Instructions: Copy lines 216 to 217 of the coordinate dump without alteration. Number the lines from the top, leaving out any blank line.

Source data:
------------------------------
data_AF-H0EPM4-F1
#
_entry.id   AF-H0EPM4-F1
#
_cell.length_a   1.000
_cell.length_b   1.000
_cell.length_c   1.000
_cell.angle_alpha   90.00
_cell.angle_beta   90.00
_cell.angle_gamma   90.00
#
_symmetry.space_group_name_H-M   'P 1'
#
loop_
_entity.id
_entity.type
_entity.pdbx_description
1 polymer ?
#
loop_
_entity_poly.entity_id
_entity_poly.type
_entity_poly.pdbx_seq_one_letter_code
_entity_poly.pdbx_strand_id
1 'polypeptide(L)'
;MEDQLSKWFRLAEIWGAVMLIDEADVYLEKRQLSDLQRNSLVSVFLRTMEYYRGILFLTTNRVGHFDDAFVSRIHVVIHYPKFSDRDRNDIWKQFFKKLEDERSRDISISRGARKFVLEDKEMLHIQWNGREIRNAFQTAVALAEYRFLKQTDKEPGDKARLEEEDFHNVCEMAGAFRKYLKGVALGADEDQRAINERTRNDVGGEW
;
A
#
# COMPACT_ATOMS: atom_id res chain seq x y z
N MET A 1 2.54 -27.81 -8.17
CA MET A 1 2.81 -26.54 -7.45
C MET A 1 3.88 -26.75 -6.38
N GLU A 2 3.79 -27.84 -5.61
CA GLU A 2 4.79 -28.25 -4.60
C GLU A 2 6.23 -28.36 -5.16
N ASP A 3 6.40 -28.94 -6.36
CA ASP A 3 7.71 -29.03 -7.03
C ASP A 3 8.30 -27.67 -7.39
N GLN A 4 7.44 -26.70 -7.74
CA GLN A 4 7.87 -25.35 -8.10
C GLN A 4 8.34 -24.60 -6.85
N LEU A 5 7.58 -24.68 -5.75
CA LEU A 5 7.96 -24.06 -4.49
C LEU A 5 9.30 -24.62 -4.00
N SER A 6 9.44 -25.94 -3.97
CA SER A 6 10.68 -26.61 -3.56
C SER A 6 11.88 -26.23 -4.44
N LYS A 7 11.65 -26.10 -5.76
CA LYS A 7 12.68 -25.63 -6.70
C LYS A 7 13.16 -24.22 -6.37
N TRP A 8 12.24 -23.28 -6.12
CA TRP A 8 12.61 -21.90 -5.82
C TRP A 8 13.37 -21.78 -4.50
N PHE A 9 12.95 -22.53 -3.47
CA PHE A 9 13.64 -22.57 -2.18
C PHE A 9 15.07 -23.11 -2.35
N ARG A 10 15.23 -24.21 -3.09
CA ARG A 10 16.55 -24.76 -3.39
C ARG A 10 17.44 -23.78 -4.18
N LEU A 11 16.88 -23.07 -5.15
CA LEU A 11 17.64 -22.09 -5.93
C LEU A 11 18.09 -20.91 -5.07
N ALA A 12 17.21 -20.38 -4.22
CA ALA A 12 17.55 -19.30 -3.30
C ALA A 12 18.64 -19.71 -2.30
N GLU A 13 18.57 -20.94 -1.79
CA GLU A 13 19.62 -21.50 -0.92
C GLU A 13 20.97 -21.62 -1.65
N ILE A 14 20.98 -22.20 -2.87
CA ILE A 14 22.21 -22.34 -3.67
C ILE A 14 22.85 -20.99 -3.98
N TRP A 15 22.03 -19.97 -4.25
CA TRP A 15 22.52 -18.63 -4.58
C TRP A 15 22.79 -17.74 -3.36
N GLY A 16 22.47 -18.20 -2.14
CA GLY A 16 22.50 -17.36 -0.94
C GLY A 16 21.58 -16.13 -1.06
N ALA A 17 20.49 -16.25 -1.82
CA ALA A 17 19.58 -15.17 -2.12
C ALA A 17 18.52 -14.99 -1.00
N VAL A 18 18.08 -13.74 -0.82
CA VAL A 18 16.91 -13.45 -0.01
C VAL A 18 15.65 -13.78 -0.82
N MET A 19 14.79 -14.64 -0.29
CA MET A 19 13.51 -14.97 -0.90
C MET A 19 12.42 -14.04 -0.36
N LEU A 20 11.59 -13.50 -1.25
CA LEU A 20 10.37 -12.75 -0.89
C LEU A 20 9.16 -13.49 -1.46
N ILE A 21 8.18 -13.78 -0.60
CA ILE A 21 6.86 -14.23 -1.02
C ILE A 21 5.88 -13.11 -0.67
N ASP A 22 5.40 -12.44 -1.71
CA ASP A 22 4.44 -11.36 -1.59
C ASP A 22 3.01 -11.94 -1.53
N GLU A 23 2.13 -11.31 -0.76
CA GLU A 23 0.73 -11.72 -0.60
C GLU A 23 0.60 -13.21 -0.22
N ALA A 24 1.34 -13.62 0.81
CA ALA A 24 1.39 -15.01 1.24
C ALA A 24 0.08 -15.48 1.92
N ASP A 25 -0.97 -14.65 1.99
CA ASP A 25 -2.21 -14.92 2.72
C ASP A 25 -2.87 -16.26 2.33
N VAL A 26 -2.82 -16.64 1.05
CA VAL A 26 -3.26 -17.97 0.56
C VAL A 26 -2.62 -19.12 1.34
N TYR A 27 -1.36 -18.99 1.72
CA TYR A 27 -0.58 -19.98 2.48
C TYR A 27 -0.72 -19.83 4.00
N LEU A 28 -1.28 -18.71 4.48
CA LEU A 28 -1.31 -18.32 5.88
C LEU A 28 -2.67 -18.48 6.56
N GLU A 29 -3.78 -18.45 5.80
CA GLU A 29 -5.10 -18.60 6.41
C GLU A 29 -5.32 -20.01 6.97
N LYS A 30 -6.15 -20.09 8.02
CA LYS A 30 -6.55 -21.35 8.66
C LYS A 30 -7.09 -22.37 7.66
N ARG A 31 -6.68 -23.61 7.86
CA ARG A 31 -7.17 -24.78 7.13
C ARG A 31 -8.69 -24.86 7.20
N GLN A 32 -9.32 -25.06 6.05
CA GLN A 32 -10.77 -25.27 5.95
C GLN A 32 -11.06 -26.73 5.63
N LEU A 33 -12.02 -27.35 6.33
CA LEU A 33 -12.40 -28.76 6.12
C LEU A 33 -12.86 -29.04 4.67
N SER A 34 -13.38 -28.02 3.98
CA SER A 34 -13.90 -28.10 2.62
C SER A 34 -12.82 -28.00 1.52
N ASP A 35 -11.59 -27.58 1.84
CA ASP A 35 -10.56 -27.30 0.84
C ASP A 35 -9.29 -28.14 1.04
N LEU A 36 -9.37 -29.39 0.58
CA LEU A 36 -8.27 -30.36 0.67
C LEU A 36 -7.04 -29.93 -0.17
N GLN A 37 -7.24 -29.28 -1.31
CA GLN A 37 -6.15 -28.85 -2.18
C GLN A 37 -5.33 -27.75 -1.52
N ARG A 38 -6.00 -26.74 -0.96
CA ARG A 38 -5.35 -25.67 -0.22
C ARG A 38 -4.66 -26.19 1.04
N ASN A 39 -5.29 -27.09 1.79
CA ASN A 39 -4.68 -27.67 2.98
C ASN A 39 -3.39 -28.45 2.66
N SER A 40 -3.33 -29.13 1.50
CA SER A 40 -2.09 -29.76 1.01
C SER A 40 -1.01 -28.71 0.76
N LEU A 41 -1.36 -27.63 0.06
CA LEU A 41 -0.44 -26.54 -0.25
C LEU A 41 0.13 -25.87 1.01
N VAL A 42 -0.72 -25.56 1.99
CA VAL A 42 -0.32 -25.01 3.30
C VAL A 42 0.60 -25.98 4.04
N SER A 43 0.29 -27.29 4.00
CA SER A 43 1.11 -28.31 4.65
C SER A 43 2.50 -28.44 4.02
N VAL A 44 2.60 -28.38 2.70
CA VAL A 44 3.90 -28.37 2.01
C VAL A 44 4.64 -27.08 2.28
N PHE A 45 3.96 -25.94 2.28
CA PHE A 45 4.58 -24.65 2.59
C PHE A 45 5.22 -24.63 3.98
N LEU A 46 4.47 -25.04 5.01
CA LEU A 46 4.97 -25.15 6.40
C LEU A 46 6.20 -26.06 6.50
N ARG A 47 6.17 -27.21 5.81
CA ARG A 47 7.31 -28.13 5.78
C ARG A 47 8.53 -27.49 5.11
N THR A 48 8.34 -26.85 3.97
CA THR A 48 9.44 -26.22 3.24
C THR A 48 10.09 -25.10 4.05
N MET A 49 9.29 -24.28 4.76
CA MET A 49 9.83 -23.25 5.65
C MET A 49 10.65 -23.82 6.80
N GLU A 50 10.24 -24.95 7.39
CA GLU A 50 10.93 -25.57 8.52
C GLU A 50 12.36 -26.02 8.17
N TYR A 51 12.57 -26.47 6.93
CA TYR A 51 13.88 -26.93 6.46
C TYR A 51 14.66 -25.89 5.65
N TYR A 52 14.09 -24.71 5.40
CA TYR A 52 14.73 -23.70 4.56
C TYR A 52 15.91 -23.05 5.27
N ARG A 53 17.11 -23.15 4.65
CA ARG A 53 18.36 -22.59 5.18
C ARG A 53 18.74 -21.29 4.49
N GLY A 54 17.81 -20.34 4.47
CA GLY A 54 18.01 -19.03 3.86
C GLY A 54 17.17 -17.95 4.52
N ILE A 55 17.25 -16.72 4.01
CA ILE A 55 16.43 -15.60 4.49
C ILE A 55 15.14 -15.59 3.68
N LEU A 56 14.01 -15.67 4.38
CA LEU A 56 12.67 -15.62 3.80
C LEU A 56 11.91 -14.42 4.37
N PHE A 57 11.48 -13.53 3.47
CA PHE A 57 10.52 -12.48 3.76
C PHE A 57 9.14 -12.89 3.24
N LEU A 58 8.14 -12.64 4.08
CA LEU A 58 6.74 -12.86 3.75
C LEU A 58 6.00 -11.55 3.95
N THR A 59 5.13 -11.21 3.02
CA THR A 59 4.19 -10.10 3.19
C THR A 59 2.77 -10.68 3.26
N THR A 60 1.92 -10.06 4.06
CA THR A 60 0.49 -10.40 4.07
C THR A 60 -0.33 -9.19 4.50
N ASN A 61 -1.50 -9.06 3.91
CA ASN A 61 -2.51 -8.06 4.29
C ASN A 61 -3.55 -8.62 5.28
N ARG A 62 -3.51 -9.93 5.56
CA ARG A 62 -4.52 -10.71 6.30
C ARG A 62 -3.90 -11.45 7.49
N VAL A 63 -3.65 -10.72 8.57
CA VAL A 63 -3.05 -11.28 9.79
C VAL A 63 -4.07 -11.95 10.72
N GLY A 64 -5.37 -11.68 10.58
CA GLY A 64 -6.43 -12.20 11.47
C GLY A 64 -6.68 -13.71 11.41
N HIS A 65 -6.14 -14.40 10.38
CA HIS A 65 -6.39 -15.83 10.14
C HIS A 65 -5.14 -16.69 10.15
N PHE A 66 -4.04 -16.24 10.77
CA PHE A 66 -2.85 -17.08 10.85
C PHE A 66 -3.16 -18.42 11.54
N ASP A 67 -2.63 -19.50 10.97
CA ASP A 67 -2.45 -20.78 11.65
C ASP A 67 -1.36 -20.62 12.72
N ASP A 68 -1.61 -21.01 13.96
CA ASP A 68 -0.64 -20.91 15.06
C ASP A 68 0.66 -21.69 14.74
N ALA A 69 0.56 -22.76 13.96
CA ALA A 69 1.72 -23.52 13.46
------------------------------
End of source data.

C ARG A 62 -3.90 -11.45 7.49
N VAL A 63 -3.65 -10.72 8.57